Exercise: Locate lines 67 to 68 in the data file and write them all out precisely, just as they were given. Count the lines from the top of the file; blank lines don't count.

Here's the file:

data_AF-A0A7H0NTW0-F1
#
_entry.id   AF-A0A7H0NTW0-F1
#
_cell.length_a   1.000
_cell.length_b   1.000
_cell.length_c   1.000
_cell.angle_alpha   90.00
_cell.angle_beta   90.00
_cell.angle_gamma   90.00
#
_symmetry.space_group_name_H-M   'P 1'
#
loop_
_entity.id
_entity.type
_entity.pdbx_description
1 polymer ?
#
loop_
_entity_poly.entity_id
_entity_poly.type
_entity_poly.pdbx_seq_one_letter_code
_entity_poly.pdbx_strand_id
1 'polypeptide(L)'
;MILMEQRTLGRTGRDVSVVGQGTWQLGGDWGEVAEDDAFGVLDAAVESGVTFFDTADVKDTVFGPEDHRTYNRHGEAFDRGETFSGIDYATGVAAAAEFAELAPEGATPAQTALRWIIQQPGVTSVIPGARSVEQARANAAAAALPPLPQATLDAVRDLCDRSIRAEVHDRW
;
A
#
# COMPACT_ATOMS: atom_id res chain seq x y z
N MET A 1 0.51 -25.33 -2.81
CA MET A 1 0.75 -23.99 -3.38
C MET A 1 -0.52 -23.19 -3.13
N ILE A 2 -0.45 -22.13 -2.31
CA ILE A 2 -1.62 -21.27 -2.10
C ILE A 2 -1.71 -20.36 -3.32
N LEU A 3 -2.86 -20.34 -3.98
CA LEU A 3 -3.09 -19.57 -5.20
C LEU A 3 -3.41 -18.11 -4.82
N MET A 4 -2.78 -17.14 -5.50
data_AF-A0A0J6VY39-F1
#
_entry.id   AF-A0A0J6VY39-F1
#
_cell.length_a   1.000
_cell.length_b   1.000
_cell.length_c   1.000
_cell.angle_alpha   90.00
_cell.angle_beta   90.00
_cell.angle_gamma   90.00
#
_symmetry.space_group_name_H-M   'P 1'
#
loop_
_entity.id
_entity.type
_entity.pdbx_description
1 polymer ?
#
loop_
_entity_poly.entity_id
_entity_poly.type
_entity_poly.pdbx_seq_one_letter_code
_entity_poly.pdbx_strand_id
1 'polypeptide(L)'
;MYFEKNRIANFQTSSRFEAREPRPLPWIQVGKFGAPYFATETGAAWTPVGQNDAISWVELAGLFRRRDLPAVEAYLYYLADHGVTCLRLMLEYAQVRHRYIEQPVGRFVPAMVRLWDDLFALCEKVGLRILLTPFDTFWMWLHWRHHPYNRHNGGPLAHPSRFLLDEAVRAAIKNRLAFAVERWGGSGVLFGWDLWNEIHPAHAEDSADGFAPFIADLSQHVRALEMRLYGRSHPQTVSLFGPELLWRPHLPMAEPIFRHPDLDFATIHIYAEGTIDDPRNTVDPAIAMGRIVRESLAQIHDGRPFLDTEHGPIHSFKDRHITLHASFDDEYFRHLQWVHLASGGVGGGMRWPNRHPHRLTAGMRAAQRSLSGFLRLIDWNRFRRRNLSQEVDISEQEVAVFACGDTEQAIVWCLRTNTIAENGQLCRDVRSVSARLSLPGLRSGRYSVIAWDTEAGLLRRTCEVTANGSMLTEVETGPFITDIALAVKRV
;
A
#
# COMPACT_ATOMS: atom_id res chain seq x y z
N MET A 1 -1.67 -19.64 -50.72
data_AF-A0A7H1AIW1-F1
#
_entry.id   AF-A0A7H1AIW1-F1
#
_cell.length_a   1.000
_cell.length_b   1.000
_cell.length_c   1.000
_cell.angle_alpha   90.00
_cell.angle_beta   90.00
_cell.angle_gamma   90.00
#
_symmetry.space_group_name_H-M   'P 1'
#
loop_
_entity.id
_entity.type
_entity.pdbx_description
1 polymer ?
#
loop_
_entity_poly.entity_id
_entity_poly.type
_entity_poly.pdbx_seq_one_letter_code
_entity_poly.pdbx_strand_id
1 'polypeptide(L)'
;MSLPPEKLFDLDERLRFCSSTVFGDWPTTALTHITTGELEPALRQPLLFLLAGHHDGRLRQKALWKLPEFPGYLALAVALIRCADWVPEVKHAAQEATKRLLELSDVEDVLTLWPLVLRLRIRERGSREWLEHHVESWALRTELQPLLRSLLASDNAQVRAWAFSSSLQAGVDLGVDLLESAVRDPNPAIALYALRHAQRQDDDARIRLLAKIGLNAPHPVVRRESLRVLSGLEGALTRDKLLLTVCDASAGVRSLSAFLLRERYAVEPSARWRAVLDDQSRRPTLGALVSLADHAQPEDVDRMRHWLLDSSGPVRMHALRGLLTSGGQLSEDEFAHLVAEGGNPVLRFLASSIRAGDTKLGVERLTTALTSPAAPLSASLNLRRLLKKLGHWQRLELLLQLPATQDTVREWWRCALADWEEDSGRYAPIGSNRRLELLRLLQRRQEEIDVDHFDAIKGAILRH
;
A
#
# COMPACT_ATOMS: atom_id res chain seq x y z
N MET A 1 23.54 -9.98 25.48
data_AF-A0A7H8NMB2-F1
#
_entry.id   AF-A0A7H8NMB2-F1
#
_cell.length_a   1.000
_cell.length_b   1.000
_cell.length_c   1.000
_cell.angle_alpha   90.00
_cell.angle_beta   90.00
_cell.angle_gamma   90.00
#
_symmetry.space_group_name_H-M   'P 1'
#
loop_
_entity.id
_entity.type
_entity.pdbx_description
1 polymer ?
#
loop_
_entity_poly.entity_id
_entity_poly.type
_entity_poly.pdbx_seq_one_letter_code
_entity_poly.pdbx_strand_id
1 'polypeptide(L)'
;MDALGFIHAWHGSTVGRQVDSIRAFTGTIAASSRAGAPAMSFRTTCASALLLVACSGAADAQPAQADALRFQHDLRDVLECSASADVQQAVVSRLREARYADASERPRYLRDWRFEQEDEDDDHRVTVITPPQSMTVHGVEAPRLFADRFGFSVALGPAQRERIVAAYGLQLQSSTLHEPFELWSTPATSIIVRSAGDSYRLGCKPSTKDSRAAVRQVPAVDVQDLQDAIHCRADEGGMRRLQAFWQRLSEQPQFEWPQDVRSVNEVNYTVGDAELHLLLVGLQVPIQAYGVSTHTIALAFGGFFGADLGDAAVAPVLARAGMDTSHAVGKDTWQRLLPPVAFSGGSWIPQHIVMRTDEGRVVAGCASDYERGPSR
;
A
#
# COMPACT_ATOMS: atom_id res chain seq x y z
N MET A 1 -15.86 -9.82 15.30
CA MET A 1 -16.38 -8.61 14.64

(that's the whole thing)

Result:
;
A